April 5, 2015
One of the most soulful tenor men of his generation, STANLEY TURRENTINE (1934–2000) was born in Pittsburgh, and raised in that fertile jazz city’s largely black Hill District. The Turrentines were a musical family: his father had been a tenorist with Al Cooper’s Savoy Sultans; mother played piano and six-years-older brother Tommy excelled on trumpet. At age 16, Stanley — already a member of the American Federation of Musicians (segregated) Local 471 — quit school to tour with bluesman Lowell Fulson and in 1953, he replaced John Coltrane in virtuoso r&b altoist Earl Bostic’s combo. Drafted in 1956, Stanley served two years with the 158th Army Band at Fort Knox before getting his big break in early 1959, when Max Roach, finding himself hornless in Pittsburgh, hired both Stanley and Tommy and brought them east. Stanley thrived, marrying Philadelphia-born organist Shirley Scott, under whose name whom he’d record throughout the 1960s, and beginning a prolific decade-long association with Blue Note Records as both leader and sideman. Though not a progressive player per se, Stanley’s sharp, gutsy sound stood out in numerous settings, from greasy blues to sophisticated hard bop. In the 1970s, recording for the CTI and Fantasy labels, his albums became increasingly funky and though the production and repertoire in this period could be less than inspired, Stanley’s blowing rarely faltered, an achievement more beloved by the people than critics. Among those people: a young rapper/producer named KRS-One, who thrillingly transformed Stanley’s “Sister Sanctified” (1972) into Boogie Down Productions “My Philosophy” (1988).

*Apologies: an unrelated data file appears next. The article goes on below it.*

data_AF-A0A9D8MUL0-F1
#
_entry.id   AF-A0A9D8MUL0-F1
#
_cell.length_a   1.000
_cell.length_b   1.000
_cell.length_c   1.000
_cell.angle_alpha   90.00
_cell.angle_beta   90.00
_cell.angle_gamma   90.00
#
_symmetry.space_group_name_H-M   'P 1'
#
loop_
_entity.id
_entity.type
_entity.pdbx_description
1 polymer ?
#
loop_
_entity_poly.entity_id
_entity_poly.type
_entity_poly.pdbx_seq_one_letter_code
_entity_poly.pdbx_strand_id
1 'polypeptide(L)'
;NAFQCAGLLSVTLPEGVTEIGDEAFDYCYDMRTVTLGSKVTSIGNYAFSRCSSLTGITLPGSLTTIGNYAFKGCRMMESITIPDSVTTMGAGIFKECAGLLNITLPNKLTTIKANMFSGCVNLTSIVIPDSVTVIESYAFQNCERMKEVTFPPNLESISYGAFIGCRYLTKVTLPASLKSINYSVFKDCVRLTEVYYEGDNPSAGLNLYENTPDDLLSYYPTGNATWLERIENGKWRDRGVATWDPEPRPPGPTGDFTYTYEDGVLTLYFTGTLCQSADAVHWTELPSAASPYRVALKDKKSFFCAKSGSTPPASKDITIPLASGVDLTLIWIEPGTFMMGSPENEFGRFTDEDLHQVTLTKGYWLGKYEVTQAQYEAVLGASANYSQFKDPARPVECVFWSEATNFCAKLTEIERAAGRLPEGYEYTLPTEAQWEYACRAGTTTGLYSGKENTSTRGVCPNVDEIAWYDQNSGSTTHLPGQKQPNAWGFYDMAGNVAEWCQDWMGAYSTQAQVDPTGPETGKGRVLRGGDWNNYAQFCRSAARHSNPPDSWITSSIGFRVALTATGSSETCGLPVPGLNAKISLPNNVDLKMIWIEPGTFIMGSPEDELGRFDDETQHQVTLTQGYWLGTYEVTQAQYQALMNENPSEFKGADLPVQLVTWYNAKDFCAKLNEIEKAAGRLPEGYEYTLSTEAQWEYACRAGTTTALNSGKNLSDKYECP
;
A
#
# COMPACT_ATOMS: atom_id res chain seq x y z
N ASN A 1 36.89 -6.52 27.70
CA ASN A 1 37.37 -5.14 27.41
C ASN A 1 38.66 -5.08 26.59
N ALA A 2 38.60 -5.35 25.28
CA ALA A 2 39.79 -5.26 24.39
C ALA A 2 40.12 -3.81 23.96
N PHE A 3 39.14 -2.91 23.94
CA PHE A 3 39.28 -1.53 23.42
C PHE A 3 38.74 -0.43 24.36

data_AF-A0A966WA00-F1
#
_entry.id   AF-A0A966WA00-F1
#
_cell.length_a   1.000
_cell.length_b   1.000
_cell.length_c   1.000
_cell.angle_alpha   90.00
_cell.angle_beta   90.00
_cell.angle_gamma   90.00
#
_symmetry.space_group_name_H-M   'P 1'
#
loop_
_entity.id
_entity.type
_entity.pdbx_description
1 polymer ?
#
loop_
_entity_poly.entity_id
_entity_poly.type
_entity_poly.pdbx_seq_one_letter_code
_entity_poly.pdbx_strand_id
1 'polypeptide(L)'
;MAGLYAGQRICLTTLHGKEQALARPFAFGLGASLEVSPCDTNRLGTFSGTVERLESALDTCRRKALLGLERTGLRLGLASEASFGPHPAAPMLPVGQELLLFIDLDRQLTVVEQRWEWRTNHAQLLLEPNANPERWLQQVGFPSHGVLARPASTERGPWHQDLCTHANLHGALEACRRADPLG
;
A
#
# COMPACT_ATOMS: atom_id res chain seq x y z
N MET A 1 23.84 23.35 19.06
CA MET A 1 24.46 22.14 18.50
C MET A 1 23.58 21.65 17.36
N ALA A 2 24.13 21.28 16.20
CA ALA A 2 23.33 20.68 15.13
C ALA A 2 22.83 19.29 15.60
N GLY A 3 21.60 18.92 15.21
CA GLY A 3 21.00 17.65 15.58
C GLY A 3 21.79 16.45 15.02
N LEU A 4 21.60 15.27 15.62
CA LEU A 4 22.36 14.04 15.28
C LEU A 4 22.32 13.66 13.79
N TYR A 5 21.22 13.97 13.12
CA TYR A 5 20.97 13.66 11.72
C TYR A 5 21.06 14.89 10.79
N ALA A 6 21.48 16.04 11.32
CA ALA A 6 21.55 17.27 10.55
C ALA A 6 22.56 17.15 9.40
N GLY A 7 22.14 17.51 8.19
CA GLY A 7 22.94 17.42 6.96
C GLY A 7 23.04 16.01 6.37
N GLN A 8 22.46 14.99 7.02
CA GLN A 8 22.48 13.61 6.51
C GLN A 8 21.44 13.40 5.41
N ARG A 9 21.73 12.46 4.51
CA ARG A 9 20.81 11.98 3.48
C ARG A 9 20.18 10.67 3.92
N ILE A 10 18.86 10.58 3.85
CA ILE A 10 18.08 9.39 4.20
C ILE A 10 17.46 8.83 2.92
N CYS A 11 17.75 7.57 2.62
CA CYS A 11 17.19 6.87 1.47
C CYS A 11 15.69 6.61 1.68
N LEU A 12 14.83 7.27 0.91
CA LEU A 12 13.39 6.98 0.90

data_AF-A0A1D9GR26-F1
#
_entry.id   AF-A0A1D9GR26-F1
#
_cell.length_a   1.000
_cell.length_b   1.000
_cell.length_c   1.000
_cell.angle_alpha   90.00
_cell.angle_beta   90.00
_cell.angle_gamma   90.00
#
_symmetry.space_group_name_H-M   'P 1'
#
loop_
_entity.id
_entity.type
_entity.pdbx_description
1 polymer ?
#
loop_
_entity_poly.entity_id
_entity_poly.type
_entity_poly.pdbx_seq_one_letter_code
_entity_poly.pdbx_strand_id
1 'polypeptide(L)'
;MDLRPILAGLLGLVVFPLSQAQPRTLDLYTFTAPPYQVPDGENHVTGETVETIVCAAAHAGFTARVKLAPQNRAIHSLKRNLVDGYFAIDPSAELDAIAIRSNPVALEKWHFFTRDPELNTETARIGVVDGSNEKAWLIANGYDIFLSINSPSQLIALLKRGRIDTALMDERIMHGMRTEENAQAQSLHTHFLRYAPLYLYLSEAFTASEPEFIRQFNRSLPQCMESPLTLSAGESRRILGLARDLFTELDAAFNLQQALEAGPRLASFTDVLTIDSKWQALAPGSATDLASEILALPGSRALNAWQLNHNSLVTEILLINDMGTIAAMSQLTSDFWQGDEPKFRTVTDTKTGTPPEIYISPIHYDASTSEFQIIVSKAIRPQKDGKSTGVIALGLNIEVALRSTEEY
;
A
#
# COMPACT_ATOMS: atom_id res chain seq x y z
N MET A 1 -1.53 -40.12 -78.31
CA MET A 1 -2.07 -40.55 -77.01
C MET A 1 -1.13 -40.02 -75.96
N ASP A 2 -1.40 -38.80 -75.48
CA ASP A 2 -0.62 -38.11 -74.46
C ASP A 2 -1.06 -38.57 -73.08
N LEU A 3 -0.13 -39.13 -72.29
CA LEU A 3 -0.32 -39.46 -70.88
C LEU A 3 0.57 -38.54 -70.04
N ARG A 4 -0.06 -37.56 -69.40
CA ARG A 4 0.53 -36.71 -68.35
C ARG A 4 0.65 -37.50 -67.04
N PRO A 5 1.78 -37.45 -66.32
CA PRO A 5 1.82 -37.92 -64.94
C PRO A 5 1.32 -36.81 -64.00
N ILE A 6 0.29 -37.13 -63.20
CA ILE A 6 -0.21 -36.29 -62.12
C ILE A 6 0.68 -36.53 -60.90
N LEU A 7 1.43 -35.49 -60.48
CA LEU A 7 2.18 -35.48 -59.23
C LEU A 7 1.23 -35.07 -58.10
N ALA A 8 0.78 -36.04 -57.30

“Jubilee Shout” (1962)
Shirley Scott “Rapid Shave” (1965)
Sister Sanctified (1972)
Boogie Down Productions “My Philosophy” (1988)
On his or her birthday, HiLobrow irregularly pays tribute to one of our high-, low-, no-, or hilobrow heroes. Also born this date: Agnetha Faltskog, Thomas Hobbes, Roger Corman, Joe Meek, Stewart Lee.
READ MORE about men and women born on the cusp between the Postmodernist (1924-33) and Anti-Anti-Utopian (1934-43) Generations.